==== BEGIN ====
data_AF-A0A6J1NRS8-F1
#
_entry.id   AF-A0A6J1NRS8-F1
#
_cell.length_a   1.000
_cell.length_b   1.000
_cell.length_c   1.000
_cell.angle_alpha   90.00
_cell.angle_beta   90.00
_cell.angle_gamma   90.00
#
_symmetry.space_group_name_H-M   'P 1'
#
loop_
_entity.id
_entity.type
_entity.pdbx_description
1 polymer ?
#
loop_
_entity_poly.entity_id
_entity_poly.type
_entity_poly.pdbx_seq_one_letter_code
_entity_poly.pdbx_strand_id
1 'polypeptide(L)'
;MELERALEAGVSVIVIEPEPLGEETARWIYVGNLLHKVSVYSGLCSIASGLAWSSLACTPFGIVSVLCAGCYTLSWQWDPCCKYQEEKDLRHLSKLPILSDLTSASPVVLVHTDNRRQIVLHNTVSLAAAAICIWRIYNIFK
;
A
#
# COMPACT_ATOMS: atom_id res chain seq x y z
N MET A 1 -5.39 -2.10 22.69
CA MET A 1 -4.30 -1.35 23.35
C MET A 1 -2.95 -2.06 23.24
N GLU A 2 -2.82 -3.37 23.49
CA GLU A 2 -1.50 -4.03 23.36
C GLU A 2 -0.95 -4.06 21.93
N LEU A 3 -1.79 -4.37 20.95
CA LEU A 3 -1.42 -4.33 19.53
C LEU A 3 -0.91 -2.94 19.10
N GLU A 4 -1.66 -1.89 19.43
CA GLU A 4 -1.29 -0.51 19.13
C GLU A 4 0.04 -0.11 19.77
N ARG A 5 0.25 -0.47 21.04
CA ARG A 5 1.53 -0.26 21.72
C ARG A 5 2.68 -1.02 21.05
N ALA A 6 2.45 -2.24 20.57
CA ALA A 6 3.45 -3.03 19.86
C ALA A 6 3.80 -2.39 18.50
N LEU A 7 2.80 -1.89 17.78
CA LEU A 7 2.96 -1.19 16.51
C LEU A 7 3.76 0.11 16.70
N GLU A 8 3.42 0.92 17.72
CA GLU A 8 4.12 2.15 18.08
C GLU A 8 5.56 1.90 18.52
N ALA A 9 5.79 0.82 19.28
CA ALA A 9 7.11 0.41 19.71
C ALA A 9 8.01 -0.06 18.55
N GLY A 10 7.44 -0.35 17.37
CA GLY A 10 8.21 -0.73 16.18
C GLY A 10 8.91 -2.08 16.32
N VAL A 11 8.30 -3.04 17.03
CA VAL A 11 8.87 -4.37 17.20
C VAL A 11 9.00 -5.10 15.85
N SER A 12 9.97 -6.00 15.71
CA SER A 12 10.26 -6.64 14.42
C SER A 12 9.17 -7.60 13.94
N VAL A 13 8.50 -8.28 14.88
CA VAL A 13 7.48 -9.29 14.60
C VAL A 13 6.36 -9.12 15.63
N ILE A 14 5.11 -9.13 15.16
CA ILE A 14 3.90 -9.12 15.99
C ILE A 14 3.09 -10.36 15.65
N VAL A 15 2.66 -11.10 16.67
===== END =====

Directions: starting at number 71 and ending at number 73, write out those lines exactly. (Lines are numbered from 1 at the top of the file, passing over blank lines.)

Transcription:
CA ILE A 14 3.90 -9.12 15.99
C ILE A 14 3.09 -10.36 15.65
N VAL A 15 2.66 -11.10 16.67